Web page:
Her talents were then highly rated, as were those of her two younger brothers Osbert and Sasheverell, and they formed a colorful trio whose publicity tours were only too fiendishly successful.
In truth, what I enjoyed most in this Sitwellian immersion was a mesmerizing YouTube interview with an Edith aged, tragic, a masklike fantastically garbed grotesque, yet clearly innately humane and kind. Still, I may be forgiven for hoping for something more ordinary and orderly from my next foray in the TBR pile …. Really fun read of a review, and if you can tell me how to get a job reading books for adapting into movies I can send you my CV….
Hmmm, I feel sorry for Ms. Sitwell, it sounds like she was unfulfilled with her strange, but interesting life, though I realize that her younger years were sad. Her memoir might be interesting, though you have me worried about her style of writing. This was an entertaining debut. Welcome to VL, Ms. Ken, unfortunately those jobs have dried up drastically over the last decade or so…the technological changes in the movie business, and the way things are farmed out at the least expense, so assistants are having to read scripts for no extra pay.
Sad to say. I have long admired the Foxes and am really thrilled to have a piece here! This was a very nice reminder: I think I gobbled this book whole as a teenager, and have been very keen on Edith Sitwelliana ever since. Her book on Elizabeth 1 and Mary Q of Scots is very good indeed. She was a technical poet par excellence, and a very wise voice, for all her personal unwisdom. Wonderful entry in Vulpes Libris reviewers, Diana, and you may know that I do not shower compliments — quite the contrary!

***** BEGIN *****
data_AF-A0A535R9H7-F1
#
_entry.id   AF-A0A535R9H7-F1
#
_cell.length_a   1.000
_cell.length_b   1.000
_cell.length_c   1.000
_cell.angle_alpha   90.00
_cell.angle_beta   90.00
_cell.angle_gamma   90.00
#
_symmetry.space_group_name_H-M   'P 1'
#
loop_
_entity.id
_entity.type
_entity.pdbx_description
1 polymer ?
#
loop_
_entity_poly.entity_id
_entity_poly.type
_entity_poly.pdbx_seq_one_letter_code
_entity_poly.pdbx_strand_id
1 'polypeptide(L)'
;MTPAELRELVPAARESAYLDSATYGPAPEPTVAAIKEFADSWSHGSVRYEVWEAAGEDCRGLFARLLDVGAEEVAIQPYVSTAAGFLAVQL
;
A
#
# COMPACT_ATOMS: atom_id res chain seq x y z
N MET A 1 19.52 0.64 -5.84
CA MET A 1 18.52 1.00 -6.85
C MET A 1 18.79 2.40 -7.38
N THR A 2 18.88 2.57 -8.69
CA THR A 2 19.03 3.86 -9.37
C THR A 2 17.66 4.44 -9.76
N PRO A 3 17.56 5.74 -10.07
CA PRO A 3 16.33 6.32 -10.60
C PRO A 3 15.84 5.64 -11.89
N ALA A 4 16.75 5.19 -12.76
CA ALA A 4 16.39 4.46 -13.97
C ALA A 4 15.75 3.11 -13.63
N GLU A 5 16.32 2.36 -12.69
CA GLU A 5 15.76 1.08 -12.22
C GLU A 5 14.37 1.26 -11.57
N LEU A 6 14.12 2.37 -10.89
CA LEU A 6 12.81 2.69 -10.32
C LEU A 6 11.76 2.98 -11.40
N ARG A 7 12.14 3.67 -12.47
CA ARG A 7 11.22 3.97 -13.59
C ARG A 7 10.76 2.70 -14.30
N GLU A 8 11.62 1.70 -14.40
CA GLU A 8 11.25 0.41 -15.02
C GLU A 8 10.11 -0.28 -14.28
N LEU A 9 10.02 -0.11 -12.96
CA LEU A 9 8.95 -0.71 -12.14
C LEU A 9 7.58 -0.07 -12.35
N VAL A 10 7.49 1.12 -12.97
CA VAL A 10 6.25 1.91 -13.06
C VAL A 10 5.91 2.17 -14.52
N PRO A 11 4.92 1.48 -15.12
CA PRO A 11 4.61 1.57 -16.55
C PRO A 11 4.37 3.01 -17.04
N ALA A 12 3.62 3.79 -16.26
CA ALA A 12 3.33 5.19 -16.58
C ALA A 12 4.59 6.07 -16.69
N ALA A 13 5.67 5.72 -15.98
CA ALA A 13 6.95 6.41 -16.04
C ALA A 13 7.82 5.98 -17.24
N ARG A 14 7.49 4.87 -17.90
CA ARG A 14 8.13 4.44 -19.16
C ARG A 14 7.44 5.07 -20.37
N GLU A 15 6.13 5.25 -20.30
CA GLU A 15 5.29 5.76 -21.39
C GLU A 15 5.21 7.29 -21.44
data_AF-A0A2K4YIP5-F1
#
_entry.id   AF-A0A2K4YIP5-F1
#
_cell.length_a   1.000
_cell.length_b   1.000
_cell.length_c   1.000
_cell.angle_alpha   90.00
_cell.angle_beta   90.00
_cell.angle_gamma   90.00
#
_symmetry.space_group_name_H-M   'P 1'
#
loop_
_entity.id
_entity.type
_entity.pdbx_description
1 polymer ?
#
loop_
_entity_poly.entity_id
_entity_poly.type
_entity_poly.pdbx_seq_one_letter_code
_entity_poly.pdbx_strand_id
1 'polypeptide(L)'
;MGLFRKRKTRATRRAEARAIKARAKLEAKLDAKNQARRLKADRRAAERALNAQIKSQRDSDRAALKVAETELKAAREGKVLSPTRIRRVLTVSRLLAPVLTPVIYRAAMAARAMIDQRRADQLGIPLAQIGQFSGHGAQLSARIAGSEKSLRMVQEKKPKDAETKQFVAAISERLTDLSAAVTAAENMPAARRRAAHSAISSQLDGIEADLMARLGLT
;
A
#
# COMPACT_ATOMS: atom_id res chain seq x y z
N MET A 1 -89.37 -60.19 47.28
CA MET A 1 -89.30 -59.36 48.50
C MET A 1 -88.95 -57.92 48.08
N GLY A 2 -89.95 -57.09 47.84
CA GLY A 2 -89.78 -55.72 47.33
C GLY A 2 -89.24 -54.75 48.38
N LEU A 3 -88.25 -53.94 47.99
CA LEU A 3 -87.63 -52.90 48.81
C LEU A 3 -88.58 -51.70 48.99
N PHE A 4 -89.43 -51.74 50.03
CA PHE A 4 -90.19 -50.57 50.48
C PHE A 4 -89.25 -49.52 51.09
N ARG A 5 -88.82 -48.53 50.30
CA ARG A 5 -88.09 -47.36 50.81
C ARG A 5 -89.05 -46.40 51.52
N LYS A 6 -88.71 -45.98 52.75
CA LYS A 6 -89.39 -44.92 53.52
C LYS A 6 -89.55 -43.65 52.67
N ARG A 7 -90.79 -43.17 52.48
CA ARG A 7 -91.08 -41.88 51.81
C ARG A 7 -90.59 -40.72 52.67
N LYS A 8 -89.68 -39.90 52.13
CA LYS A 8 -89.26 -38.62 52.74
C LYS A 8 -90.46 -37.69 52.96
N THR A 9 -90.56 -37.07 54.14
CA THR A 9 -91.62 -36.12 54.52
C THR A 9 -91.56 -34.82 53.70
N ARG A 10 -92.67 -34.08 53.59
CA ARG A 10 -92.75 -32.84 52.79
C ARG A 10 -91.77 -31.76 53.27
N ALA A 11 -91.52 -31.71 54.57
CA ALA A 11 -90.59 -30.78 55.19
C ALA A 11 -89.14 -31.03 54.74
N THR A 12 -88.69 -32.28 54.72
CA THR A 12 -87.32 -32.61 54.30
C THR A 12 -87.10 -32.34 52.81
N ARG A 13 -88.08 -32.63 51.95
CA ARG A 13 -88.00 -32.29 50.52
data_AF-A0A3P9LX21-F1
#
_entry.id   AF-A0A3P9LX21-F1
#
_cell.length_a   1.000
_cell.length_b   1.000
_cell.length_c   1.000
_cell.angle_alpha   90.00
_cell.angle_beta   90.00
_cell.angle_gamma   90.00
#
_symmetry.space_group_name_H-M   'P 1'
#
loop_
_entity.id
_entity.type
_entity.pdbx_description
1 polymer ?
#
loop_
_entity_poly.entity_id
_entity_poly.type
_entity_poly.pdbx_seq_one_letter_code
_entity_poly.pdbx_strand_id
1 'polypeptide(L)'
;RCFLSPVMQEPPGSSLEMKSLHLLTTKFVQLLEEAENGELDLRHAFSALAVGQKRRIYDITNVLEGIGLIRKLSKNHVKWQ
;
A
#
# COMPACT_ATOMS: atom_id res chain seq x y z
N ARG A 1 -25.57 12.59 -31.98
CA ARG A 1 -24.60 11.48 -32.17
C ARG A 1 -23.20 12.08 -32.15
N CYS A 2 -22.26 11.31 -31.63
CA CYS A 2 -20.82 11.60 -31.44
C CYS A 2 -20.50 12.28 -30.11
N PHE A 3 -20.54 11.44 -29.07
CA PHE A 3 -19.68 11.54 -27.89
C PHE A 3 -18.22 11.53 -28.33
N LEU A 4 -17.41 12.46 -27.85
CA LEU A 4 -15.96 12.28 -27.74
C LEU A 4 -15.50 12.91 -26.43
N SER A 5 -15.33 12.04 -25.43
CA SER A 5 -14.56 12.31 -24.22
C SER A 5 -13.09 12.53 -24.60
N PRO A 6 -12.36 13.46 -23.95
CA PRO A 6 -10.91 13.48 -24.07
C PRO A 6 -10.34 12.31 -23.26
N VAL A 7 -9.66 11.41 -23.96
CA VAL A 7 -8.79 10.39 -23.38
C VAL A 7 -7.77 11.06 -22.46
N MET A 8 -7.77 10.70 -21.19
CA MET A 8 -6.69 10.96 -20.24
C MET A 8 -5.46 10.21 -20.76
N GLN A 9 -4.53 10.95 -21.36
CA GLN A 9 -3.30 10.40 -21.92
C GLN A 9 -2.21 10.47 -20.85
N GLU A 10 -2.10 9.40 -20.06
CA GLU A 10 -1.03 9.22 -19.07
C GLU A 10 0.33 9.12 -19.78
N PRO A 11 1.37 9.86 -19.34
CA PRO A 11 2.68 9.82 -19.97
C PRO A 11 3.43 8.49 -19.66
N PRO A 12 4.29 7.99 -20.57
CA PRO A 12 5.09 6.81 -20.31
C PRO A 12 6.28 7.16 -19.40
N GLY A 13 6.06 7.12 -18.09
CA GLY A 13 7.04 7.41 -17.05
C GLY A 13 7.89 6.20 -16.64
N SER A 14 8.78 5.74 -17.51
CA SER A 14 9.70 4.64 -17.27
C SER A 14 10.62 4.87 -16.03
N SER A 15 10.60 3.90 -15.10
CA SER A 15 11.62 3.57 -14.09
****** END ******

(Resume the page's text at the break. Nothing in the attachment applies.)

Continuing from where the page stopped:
I really enjoy what you have written and shall reread the review. Perhaps it helps that I know you and I know the book as well as the Sitwells. I read the book small bit by small bits: I could not have swallowed it in gulps. Not the easiest one to start reading your TBR stack s but definitely a very good one — and a classic.
Merci et bravo! You are commenting using your WordPress. You are commenting using your Google account. You are commenting using your Twitter account. You are commenting using your Facebook account. Notify me of new posts via email. Follow us on Twitter: twitter. Subscribe to this site's feed via FeedBurner or click here for an email subscription. Like this: Like Loading Nancy Vermette May 6, Steady on, Diana! Great review. Keep working through that mountain of TBR!
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English Eccentrics by Edith Sitwell
A collective of bibliophiles talking about books. Book Fox vulpes libris : small bibliovorous mammal of overactive imagination and uncommonly large bookshop expenses. Habitat: anywhere the rustle of pages can be heard. This was a dream job because she got paid for reading, and was able to work at home all night and sleep all day, as was her wont.
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The English Eccentrics